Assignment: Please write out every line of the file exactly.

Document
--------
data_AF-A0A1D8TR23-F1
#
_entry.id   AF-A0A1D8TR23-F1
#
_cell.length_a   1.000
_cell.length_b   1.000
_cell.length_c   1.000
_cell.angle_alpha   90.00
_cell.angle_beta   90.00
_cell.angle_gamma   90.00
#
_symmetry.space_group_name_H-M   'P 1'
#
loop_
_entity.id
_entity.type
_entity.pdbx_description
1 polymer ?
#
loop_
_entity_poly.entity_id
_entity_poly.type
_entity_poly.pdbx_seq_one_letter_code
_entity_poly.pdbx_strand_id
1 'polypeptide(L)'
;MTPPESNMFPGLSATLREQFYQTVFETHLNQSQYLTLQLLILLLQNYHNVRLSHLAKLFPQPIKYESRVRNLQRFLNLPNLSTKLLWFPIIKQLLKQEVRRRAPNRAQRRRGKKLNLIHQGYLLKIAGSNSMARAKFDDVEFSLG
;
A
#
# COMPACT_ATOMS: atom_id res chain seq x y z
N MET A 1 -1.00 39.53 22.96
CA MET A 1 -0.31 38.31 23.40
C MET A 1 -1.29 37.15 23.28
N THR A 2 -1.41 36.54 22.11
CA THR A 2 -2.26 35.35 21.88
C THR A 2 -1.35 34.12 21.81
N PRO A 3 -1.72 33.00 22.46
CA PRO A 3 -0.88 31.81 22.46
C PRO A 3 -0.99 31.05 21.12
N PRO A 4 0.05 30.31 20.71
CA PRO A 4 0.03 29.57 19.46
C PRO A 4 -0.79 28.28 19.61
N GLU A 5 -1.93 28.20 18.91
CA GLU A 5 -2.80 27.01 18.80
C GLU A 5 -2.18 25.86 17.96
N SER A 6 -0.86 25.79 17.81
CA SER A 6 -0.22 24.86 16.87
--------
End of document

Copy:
data_AF-A0A1D8TR23-F1
#
_entry.id   AF-A0A1D8TR23-F1
#
_cell.length_a   1.000
_cell.length_b   1.000
_cell.length_c   1.000
_cell.angle_alpha   90.00
_cell.angle_beta   90.00
_cell.angle_gamma   90.00
#
_symmetry.space_group_name_H-M   'P 1'
#
loop_
_entity.id
_entity.type
_entity.pdbx_description
1 polymer ?
#
loop_
_entity_poly.entity_id
_entity_poly.type
_entity_poly.pdbx_seq_one_letter_code
_entity_poly.pdbx_strand_id
1 'polypeptide(L)'
;MTPPESNMFPGLSATLREQFYQTVFETHLNQSQYLTLQLLILLLQNYHNVRLSHLAKLFPQPIKYESRVRNLQRFLNLPNLSTKLLWFPIIKQLLKQEVRRRAPNRAQRRRGKKLNLIHQGYLLKIAGSNSMARAKFDDVEFSLG
;
A
#
# COMPACT_ATOMS: atom_id res chain seq x y z
N MET A 1 -1.00 39.53 22.96
CA MET A 1 -0.31 38.31 23.40
C MET A 1 -1.29 37.15 23.28
N THR A 2 -1.41 36.54 22.11
CA THR A 2 -2.26 35.35 21.88
C THR A 2 -1.35 34.12 21.81
N PRO A 3 -1.72 33.00 22.46
CA PRO A 3 -0.88 31.81 22.46
C PRO A 3 -0.99 31.05 21.12
N PRO A 4 0.05 30.31 20.71
CA PRO A 4 0.03 29.57 19.46
C PRO A 4 -0.79 28.28 19.61
N GLU A 5 -1.93 28.20 18.91
CA GLU A 5 -2.80 27.01 18.80
C GLU A 5 -2.18 25.86 17.96
N SER A 6 -0.86 25.79 17.81
CA SER A 6 -0.22 24.86 16.87